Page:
An early participant in the American school of street photography Tod Papageorge’s path has taken him from the streets of New York to the capitals of Europe, from black and white to color, and from small to mid-sized cameras. Central to his art (if not his life) is the question of what makes a photograph extraordinary, even as he uses nothing more than direct observation of our common, physical world in his efforts to trace a revelatory moment.
Papageorge’s L.A. beach photographs (a series of pictures now 40 years old but looking surprisingly current) weave together the casualness of youth and timelessness of nature.
In random groups, Papageorge’s subjects unselfconsciously compose themselves into distinct tableaux. A young man, tanned and trim, rises above the ground like a statue. A girl with a flower in her hair tenderly brushes her boyfriend’s hair. A group of young surfers on their way to the waves arrange themselves like ducklings heading to a pond.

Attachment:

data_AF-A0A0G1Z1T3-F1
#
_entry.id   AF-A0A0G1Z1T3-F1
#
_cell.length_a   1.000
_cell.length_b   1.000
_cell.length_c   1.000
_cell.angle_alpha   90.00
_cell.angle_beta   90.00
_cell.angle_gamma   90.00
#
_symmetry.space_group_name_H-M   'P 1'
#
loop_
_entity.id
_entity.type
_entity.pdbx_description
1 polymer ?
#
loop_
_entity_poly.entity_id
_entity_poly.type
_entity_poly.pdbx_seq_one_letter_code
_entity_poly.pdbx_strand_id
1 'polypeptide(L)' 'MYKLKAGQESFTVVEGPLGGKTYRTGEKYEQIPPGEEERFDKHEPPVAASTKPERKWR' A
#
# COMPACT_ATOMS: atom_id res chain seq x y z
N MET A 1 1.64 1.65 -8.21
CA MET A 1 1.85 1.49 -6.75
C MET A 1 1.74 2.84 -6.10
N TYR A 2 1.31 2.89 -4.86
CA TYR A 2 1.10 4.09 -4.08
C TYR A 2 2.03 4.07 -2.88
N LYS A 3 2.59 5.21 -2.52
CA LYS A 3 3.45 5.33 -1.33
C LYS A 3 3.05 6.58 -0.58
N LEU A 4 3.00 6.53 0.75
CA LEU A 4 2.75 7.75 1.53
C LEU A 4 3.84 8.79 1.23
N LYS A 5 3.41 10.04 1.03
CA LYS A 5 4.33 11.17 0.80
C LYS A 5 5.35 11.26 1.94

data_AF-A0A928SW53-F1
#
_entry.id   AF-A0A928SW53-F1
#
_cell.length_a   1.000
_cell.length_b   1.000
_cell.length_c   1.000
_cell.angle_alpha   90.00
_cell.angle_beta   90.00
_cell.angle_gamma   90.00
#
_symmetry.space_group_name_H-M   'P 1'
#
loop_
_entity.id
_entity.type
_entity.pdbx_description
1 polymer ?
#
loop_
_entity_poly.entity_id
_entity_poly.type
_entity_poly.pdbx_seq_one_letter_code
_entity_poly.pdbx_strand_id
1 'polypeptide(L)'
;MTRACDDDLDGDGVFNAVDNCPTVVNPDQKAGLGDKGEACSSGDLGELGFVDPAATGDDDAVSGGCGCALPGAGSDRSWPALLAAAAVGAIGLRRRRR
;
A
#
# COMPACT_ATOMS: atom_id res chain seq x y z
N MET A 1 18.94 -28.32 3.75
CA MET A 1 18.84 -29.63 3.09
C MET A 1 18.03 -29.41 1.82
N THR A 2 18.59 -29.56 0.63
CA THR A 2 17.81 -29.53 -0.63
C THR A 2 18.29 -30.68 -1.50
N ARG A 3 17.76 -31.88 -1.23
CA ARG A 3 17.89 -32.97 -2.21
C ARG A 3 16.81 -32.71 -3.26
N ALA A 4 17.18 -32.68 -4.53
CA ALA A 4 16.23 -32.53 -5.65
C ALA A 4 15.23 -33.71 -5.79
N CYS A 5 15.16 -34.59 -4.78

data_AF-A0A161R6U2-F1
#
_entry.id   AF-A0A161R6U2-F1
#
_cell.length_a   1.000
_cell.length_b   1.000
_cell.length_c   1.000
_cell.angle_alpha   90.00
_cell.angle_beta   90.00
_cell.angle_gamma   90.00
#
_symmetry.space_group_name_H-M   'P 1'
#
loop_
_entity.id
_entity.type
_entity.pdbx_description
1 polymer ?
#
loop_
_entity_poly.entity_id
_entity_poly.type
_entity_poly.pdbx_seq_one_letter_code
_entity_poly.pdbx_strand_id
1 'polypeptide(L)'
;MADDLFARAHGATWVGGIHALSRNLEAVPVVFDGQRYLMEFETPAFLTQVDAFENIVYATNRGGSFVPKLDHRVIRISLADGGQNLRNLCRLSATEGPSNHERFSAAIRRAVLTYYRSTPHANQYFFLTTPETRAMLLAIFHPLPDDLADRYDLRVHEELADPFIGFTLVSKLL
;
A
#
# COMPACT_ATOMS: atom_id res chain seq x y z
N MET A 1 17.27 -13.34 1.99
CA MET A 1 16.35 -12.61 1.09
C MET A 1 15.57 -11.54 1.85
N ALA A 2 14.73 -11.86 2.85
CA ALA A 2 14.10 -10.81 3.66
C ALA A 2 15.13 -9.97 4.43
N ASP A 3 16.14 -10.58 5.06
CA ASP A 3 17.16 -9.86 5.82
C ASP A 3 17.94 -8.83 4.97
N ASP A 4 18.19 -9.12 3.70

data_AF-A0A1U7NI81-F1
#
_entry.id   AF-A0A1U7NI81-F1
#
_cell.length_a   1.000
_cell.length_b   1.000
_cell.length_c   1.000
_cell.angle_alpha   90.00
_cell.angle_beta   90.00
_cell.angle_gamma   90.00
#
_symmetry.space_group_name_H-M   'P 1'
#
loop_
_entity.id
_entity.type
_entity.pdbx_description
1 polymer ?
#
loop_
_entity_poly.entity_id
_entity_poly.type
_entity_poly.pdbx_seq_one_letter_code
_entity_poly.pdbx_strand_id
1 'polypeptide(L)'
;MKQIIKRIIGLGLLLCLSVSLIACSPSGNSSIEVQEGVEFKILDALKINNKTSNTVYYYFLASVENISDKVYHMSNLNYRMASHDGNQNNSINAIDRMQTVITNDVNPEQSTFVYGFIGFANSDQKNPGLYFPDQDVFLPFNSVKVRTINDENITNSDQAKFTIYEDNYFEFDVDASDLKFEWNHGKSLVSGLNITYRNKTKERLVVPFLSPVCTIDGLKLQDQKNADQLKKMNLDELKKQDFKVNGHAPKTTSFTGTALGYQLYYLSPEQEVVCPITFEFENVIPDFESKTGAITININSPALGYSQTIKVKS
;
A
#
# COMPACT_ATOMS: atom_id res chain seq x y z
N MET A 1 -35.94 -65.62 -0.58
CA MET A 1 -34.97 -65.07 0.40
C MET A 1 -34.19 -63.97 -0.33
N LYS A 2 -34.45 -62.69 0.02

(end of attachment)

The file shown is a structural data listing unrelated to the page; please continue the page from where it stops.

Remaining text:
In these lightstruck black and white pigment prints we are transported by the singular vision that has brought us these sun-kissed moments.
The recipient of two Guggenheim Fellowships and two National Endowment for the Arts grants, Papageorge’s work is represented in the collections of MoMA, the Art Institute of Chicago, SF MoMA, and the Bibliotheque Nationale in Paris, as well as numerous other collections. He is the author of seven books and as the Director of the Yale MFA photography program from 1979 to 2013 Papageorge’s influence as both photographer and teacher continues to reverberate in the world of photography.